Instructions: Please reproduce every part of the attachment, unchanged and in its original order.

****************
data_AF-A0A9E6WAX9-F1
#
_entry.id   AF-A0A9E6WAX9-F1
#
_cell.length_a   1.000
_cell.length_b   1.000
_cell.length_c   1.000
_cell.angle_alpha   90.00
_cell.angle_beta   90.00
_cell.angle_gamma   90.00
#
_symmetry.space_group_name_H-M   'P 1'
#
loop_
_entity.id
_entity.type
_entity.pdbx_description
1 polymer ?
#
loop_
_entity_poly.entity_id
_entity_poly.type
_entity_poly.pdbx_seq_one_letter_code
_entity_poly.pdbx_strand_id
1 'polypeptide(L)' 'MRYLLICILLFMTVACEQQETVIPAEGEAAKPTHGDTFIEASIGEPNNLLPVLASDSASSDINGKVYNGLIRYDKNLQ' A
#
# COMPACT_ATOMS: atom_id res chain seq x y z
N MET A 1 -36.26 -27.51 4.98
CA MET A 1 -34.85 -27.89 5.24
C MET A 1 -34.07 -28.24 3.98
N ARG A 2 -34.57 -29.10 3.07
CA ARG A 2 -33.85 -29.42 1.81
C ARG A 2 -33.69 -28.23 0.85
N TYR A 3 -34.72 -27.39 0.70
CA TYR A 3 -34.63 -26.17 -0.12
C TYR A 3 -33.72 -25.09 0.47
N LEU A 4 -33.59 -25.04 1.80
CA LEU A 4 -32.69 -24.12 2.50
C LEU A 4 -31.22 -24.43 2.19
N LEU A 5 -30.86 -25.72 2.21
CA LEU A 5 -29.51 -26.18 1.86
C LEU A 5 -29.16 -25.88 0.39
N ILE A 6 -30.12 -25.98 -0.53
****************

data_AF-A0A9E6WAX9-F1
#
_entry.id   AF-A0A9E6WAX9-F1
#
_cell.length_a   1.000
_cell.length_b   1.000
_cell.length_c   1.000
_cell.angle_alpha   90.00
_cell.angle_beta   90.00
_cell.angle_gamma   90.00
#
_symmetry.space_group_name_H-M   'P 1'
#
loop_
_entity.id
_entity.type
_entity.pdbx_description
1 polymer ?
#
loop_
_entity_poly.entity_id
_entity_poly.type
_entity_poly.pdbx_seq_one_letter_code
_entity_poly.pdbx_strand_id
1 'polypeptide(L)' 'MRYLLICILLFMTVACEQQETVIPAEGEAAKPTHGDTFIEASIGEPNNLLPVLASDSASSDINGKVYNGLIRYDKNLQ' A
#
# COMPACT_ATOMS: atom_id res chain seq x y z
N MET A 1 -36.26 -27.51 4.98
CA MET A 1 -34.85 -27.89 5.24
C MET A 1 -34.07 -28.24 3.98
N ARG A 2 -34.57 -29.10 3.07
CA ARG A 2 -33.85 -29.42 1.81
C ARG A 2 -33.69 -28.23 0.85
N TYR A 3 -34.72 -27.39 0.70
CA TYR A 3 -34.63 -26.17 -0.12
C TYR A 3 -33.72 -25.09 0.47
N LEU A 4 -33.59 -25.04 1.80
CA LEU A 4 -32.69 -24.12 2.50
C LEU A 4 -31.22 -24.43 2.19
N LEU A 5 -30.86 -25.72 2.21
CA LEU A 5 -29.51 -26.18 1.86
C LEU A 5 -29.16 -25.88 0.39
N ILE A 6 -30.12 -25.98 -0.53